Some historians believe that the Wonderful Wizard of Oz was a commentary on the Election of 1896. I happen to agree with that statement and I wanted to give some reasoning and historical context as to why this is the case.
In order to understand why the Wizard of Oz is a commentary on the presidential election of 1896, you must first understand the politics and some of the pressing issues of the time.
The election of 1896 was between Republican nominee William McKinley and Democratic nominee William Jennings Bryan. William Jennings Bryan was a big proponent of the silver standard and ending the gold standard for currency (this will be relevant later so hold on to that thought) and McKinley was viewed by many non-industrialist areas and people as a puppet of the robber barons of the time. During this time period, the mine owners and industrialists were all-powerful and controlled much of the power of the time.
The Wonderful Wizard of Oz
There are a few connections to make between the politics of 1896 and the Wonderful Wizard of Oz.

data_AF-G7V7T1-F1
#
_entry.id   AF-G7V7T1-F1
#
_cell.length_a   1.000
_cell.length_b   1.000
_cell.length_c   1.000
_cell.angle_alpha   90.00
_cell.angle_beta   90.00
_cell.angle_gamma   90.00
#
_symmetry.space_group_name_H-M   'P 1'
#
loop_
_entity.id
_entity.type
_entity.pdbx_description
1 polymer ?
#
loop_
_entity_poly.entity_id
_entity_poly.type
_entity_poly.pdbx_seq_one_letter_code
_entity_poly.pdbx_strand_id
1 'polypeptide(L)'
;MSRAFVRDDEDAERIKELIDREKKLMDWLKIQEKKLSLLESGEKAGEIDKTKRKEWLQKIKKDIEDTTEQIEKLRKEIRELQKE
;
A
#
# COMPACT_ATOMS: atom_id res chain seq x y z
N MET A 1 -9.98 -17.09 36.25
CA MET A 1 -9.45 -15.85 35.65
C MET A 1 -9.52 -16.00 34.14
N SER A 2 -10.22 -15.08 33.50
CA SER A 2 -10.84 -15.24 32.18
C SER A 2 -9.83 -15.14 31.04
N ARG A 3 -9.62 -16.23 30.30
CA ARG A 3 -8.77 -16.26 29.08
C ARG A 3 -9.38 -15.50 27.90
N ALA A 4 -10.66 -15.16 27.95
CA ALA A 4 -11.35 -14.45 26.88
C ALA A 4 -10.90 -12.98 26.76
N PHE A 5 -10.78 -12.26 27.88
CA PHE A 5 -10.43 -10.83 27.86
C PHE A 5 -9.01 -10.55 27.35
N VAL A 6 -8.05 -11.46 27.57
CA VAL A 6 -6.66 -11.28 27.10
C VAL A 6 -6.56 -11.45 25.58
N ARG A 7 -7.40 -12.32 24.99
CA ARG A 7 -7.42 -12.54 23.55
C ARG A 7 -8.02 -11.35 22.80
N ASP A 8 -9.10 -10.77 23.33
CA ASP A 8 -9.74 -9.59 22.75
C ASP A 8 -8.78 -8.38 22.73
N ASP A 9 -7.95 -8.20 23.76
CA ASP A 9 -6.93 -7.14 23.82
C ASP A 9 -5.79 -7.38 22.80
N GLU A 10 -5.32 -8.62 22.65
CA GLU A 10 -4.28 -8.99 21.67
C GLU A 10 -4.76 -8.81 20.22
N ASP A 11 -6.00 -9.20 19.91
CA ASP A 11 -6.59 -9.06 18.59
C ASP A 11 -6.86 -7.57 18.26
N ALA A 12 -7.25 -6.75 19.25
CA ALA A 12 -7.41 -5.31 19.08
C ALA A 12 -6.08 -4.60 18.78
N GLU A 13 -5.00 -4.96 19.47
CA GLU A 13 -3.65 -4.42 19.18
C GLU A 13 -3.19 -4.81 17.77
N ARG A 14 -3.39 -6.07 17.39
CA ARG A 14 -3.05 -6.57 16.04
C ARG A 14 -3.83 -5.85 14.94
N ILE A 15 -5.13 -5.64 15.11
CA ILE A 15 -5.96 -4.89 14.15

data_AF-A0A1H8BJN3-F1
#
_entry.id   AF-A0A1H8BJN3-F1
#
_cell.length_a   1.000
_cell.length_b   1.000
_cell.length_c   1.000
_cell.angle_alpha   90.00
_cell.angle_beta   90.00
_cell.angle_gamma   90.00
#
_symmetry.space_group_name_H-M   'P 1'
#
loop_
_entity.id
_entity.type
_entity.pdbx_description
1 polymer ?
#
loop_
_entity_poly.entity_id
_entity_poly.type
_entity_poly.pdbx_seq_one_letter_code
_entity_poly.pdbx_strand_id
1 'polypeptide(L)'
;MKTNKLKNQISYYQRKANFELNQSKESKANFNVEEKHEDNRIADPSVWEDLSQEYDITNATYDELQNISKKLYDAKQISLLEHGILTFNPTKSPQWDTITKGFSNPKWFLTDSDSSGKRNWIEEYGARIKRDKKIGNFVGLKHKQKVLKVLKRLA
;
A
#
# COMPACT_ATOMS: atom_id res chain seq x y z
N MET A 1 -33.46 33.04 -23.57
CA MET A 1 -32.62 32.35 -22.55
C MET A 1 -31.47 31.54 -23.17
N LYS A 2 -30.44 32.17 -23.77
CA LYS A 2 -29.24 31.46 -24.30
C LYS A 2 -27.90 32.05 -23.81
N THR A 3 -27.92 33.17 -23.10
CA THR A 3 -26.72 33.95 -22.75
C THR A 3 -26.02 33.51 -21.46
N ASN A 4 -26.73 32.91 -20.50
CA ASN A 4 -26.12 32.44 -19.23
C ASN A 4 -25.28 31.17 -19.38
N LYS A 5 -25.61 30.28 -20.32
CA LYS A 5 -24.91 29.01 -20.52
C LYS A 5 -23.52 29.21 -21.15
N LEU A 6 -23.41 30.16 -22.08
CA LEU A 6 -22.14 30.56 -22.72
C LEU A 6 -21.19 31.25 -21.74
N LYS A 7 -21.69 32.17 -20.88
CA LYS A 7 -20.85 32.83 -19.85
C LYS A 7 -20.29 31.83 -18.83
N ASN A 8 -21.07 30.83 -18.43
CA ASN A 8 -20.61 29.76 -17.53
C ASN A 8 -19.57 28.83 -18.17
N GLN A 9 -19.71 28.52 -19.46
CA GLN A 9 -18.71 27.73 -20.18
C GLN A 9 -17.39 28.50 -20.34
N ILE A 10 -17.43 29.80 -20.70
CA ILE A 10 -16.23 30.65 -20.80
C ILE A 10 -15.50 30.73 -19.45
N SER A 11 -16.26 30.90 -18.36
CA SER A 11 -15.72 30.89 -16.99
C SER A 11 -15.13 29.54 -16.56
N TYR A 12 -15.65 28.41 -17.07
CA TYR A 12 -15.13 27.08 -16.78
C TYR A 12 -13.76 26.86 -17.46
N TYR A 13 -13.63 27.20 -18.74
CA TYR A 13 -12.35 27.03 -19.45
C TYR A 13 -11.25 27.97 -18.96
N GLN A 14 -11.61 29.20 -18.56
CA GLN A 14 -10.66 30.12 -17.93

Emerald City represented Washington DC. Emerald City was ruled by a propped up Wizard of Oz who had no real power. Similarly, many people viewed President McKinley as just that. Planted into the government by industrialist and robber baron interests to do their bidding in terms of workers rights and the economy.
The only way you could get to Emerald City was on the Yellow-brick road. The yellow-brick road could easily be seen as reference to the gold standard of money, meaning that the only way to get to Washington was to be well-off and have money.
The Wicked Witches represented the industrialists and the mine owners who attempted to shut down and form of protest or strike and attempt to get more rights for workers. As Dorothy tries to get to Emerald City on the yellow-brick road, or a worker trying to obtain more money or rights, they Wicked Witches attempt to stop them by ending their journey.
The last connection I want to make is Dorothy’s shoes. In the book, she had silver slippers which would represent the silver standard wanted by William Jennings Bryan and a large number of Americans at the time. As Dorothy was the “all-American girl from Kansas” who was supposed to represent the average American wanting the silver standard.